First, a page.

On Spec #115, February 2021

On Spec #115, Volume 31, No. 1, February 2020

“Escape from the Sunset Vista” by Anthony W. Eichenlaub

“The Perfect Shot: The Adventures of Flick Gibson, Videographer” by Peter G. Reynolds

“The First Woe” by Virginia Elizabeth Hayes

“Self-Segmenter” by Leah Ranada

“And Should I Fall Behind” by Greg Wilson

“Pokey Potz, Come Out to Play” by Colleen Anderson

“Between the Worlds” by Lee F. Patrick

Reviewed by Chuck Rothman

On Spec concentrates on stories by Canadian authors and has been around since I started writing. I was interested in seeing where it stands today.

The latest issue starts out with “Escape from the Sunset Vista” by Anthony W. Eichenlaub. Bastion is in a nursing home, having problems with his memory when he spots a drone hovering, then vanishing behind a billboard. It bothers him because it brings up some emotions from his past. All the other residents think he’s making it up, but one tells him that he needs to stop taking one of the pills he takes each day to know what’s really going on. Not a particularly new concept, but the story does an excellent job of portraying the characters.

Peter G. Reynolds’s “The Perfect Shot: The Adventures of Flick Gibson, Videographer” has Flick in a war zone where humans are fighting aliens they call “the squids” and being pinned down by one of their soldiers. Flick wants to get some basic footage of the war zone and maybe even something he could build a reputation on. It’s a lighthearted war story about the need to experience life, with an ironic twist at the end.

“The First Woe” by Virginia Elizabeth Hayes is set in a particular type of zombie apocalypse. PJ and Zeke are meeting on a blind date. The city has been overrun by an army, but the people fought back, and the army has brought back its casualties to control things. But this is more than just a date. The story tries to combine the awkwardness of a first date with the zombie story line, but I found it unengaging, mostly because the characters don’t show enough emotional depth to come to life.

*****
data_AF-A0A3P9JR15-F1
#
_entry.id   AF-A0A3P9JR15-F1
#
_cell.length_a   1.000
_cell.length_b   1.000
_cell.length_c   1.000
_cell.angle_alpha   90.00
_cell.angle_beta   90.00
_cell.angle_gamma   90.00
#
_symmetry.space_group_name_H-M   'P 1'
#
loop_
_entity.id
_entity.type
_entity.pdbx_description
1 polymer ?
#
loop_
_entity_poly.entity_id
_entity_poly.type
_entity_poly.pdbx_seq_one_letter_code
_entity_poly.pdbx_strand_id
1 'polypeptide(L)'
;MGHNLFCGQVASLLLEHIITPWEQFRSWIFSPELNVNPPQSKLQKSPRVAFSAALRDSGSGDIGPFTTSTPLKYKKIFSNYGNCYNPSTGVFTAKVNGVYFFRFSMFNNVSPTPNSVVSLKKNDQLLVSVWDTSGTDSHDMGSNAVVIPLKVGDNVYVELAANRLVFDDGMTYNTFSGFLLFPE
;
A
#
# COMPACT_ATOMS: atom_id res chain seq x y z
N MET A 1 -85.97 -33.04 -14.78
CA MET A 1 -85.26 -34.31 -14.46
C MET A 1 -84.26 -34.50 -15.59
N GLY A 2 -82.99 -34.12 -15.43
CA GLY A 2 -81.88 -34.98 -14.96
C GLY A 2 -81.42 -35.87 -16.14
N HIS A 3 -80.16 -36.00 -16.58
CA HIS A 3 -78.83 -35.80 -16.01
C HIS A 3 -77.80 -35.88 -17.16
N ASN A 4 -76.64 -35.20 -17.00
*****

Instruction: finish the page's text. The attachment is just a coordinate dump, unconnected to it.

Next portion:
“Self-Segmenter” is based upon Tagalog mythology about a creature that appears to be a woman, but who can detach its lower half to kill human victims. The narrator is one of these monsters and the story tells of her love for Arturo, who was fighting in the Philippine insurrection of 1899-1902 and how she was turned into one. Leah Ranada shines a lot on a forgotten part of history, but the story switches back and forth from its present to its past, making it confusing to follow. And I don’t think it really does enough with the concept.

“And Should I Fall Behind” by Greg Wilson features Georgia, a writer of fantasy, whose brother Robbie is dying. But Robbie is having strange dreams, essentially the same dreams their mother had when they were dying. And when a mysterious government agency suddenly takes interest, Georgia starts to wonder if they really are dreams. Well written and the characters are definitely of interest, though I do think the ending was a little bit glib.

“Pokey Potz, Come Out to Play” is the cry of the Irish monsters who bedevil Ireland and who taunt Penny Potchenko, one of the few humans who is still alive after their onslaught. Alone, Penny had to fight to survive, but knows it will be a losing battle unless she can figure out how to defeat them. Colleen Anderson ramps up horror and Penny’s desperation, in a story about how to rescue yourself. It’s OK, but I think it would have been better with more complexity in the situation.

“Between the Worlds” by Lee F. Patrick is set in a Scottish fishing village where Brecan gets a visitation with the words, “The Druid comes” after which he gets the biggest catch in years. Brecan has to keep an eye out for this Druid, who is needed for a particular ceremony, and is rewarded when a folklorist who has come to study the legends or the village looks like he might be him. But things turn out not to be what they seem. Much here about legends and their meanings and I did like the setup and solution.

What struck me as odd was that a magazine issue full of Canadian authors didn’t have any stories clearly set in Canada. In any case, there are some good ideas and nice execution in the issue.

Chuck Rothman’s novels Staroamer’s Fate and Syron’s Fate are available from Fantastic Books.